In the year 2012 Toyota received high number of detractors in terms of their NPS score. The Toyota recalled 6.5m calls to fix the problems for their customers and set an example in achieving high NPS score as shown in figure 1.4 above using six sigma approach. The problem in steering wheels and seats was identified. Toyota recalled all the cars and involved the management to analyse the defects involved in the particular part of the process and rectified it using PDCA tool. (Rankin, 2014)
The quality indicator tools helped the company to minimise the defects and wastage which in turn reduced the cycle time and added to the increased productivity. Using the poke-yoke measurement devices increased the efficiency of the workers which helped them to find the defects whereas without these devices finding the defects manually would have considered time consuming process as workers have to evaluate each step involved in the production process. The less changeover time, less process cycle time, less lead time shows the increased productivity in the business.
Lean six sigma has an interesting history, background and emergence story as discussed above as part of this assessment with its relation to Toyota system. The benefits of lean six sigma discussed above shows the way tools of lean six sigma helps to improve business productivity. Also, quality indicators of Toyota manufacturing unit are well described above as a part of the script. Furthermore, also discussed well how Toyotas lean six sigma tools applies in relation to these quality indicators and how these tools helps in continuous improvement.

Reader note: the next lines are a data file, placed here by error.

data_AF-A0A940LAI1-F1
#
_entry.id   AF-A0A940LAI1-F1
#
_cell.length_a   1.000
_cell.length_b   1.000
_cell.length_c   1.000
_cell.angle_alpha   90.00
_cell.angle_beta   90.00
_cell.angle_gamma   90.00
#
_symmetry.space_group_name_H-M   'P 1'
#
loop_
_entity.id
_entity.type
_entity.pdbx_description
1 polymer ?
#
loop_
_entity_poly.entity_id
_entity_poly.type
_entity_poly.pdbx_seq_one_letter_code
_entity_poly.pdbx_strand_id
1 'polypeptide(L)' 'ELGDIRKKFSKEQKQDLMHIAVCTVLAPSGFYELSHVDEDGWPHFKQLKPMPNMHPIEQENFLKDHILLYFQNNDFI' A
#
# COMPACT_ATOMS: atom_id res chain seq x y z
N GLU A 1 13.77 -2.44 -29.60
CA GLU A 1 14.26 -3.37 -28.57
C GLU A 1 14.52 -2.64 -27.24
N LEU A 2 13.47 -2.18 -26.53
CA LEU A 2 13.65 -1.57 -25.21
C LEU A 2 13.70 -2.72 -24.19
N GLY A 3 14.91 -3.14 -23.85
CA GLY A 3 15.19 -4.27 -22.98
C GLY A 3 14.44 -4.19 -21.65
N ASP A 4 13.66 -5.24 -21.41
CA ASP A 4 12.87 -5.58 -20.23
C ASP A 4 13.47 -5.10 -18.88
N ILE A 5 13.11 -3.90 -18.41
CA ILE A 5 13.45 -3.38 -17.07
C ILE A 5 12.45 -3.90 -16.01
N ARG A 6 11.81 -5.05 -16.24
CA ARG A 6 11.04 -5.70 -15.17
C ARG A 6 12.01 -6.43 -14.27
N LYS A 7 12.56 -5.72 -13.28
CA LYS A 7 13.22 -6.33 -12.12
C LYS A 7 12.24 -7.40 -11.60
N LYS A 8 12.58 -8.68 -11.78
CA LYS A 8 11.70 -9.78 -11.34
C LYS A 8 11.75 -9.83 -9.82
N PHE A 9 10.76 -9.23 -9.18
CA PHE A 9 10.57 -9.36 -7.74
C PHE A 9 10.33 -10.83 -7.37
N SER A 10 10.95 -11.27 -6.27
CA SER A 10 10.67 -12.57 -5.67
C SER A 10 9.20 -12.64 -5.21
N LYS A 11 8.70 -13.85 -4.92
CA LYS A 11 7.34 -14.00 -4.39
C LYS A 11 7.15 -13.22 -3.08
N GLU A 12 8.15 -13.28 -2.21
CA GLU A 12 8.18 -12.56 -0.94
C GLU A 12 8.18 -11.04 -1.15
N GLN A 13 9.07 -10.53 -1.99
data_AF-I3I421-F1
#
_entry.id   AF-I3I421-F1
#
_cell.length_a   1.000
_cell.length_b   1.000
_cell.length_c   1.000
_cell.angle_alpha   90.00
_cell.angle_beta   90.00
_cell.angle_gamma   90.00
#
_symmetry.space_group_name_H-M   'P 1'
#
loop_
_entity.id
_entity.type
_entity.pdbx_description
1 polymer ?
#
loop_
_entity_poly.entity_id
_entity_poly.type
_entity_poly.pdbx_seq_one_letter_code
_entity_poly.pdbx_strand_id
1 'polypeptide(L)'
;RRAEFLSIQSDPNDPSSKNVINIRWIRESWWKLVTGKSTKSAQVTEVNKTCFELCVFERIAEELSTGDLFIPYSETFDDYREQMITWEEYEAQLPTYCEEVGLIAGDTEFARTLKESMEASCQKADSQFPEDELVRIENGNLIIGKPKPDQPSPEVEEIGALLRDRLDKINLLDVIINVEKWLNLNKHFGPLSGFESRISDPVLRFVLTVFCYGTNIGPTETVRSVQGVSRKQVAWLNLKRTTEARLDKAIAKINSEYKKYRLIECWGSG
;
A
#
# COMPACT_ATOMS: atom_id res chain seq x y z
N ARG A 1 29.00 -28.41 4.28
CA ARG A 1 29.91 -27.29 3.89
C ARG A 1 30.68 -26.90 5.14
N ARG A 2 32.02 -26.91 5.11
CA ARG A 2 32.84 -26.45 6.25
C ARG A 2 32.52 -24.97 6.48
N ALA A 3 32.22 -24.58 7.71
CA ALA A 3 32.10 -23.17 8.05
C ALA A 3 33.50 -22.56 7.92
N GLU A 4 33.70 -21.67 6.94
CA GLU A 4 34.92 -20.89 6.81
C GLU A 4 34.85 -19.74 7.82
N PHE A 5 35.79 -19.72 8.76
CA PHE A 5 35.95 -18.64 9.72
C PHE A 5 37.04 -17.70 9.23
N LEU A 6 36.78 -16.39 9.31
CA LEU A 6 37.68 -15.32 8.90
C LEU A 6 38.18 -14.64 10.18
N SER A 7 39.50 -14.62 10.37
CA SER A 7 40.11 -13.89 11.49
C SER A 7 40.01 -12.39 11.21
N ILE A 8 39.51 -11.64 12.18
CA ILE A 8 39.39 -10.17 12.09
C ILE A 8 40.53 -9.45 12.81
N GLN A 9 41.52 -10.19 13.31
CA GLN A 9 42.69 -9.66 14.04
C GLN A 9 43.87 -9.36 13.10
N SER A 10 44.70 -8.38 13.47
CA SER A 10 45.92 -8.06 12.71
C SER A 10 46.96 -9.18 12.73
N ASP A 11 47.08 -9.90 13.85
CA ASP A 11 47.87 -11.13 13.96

- Asprova Corporation. (2018). Asprova. Retrieved from Asprova: https://www.asprova.jp/mrp/glossary/en/cat247/post-506.html
- Do, D. (2017, August 5). theleanway. Retrieved from theleanway: https://theleanway.net/muda-mura-muri
- Findlay, L. (2014, July 28). greycampus. Retrieved from greycampus: https://www.greycampus.com/blog/quality-management/6-benefits-of-6-sigma
- Goodfellow, P. (2012, May 14). bigconsumerblog. Retrieved from bigconsumerblog: https://bigconsumerblog.wordpress.com/tag/chevrolet/
- Harris, A. (2013, 10 30). processexcellencenetwork. Retrieved from processexcellencenetwork: https://www.processexcellencenetwork.com/lean-six-sigma-business-performance/articles/6-ways-six-sigma-can-benefit-your-company
- Hessing, T. (2015, November 11). sixsigmastudyguide. Retrieved from sixsigmastudyguide: https://sixsigmastudyguide.com/history-of-lean/
- isixsigma. (2018, November 15). isixsigma. Retrieved from isixsigma: https://www.isixsigma.com/dictionary/cycle-time/
- Lean Manufacturing Posters. (2018). amazon. Retrieved from amazon: https://www.amazon.com/gp/offer-listing/B01MZIJQZU/ref=dp_olp_0?ie=UTF8&condition=all&qid=1542077597&sr=8-31
- Mirsky, J. (2004). Eli Whitney- AMERICAN INVENTOR AND MANUFACTURER. Britannica.
- Rankin, J. (2014, 04 09). theguardian. Retrieved from theguardian: https://www.theguardian.com/business/2014/apr/09/toyota-recalls-over-6m-cars-worldwide
- Walters, C. (2013, January 3). leanblitzconsulting. Retrieved from leanblitzconsulting: http://leanblitzconsulting.com/2013/01/what-is-lean-six-sigma-kaizen/